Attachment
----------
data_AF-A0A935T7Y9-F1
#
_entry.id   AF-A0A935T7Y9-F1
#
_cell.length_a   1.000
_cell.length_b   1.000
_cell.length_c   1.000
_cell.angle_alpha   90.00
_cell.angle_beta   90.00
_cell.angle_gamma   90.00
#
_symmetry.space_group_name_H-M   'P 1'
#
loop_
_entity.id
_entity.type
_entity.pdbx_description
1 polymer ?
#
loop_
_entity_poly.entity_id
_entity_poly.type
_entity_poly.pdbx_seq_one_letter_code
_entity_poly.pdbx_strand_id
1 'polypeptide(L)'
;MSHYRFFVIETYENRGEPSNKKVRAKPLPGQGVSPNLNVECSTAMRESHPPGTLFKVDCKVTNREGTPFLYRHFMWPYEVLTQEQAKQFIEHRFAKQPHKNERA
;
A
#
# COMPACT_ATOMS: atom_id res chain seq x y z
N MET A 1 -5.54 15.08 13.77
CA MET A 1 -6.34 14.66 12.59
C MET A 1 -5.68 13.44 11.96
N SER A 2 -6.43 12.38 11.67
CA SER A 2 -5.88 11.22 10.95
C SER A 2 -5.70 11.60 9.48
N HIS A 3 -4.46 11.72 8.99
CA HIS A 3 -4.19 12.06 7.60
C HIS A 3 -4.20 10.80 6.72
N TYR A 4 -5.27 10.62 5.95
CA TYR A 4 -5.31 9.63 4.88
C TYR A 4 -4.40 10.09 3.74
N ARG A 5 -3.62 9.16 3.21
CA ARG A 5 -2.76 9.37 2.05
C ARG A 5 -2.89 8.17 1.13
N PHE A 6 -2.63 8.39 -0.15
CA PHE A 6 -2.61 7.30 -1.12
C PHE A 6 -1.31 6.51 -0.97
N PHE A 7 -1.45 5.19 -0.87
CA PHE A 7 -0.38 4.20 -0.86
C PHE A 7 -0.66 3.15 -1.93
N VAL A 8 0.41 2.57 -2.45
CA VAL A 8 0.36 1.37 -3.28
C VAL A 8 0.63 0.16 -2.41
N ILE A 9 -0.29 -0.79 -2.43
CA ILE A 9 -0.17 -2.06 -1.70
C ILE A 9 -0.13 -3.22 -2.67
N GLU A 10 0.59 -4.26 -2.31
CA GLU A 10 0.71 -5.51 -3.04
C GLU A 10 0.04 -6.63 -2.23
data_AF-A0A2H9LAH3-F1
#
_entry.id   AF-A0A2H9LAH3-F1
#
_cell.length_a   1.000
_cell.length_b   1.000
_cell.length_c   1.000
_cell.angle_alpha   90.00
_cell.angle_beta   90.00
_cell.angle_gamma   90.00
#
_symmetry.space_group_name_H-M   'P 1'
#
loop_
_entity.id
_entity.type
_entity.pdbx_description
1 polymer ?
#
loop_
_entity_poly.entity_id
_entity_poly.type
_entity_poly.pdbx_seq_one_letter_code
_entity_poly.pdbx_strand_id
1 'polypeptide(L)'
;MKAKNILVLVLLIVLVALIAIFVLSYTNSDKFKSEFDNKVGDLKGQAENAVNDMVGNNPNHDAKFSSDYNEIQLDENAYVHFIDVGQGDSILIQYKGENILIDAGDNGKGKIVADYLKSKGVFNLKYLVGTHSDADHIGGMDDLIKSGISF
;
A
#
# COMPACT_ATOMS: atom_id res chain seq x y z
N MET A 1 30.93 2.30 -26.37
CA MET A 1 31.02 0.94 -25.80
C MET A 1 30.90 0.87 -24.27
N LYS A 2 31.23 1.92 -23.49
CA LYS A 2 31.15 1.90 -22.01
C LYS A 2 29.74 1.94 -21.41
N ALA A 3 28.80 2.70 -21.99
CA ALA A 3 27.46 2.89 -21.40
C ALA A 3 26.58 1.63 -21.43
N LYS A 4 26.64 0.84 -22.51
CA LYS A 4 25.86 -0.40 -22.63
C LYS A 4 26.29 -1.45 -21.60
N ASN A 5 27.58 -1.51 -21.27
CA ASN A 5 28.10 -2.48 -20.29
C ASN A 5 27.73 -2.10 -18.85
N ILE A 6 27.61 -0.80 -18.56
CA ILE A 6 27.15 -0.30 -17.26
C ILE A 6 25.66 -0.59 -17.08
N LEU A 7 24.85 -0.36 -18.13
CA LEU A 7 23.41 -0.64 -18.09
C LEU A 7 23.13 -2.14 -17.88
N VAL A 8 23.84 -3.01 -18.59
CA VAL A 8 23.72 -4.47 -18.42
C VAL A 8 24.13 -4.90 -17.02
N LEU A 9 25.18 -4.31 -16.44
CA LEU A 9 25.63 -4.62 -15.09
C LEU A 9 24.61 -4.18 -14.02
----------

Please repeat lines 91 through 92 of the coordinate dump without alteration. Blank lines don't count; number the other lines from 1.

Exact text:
N MET A 1 30.93 2.30 -26.37
CA MET A 1 31.02 0.94 -25.80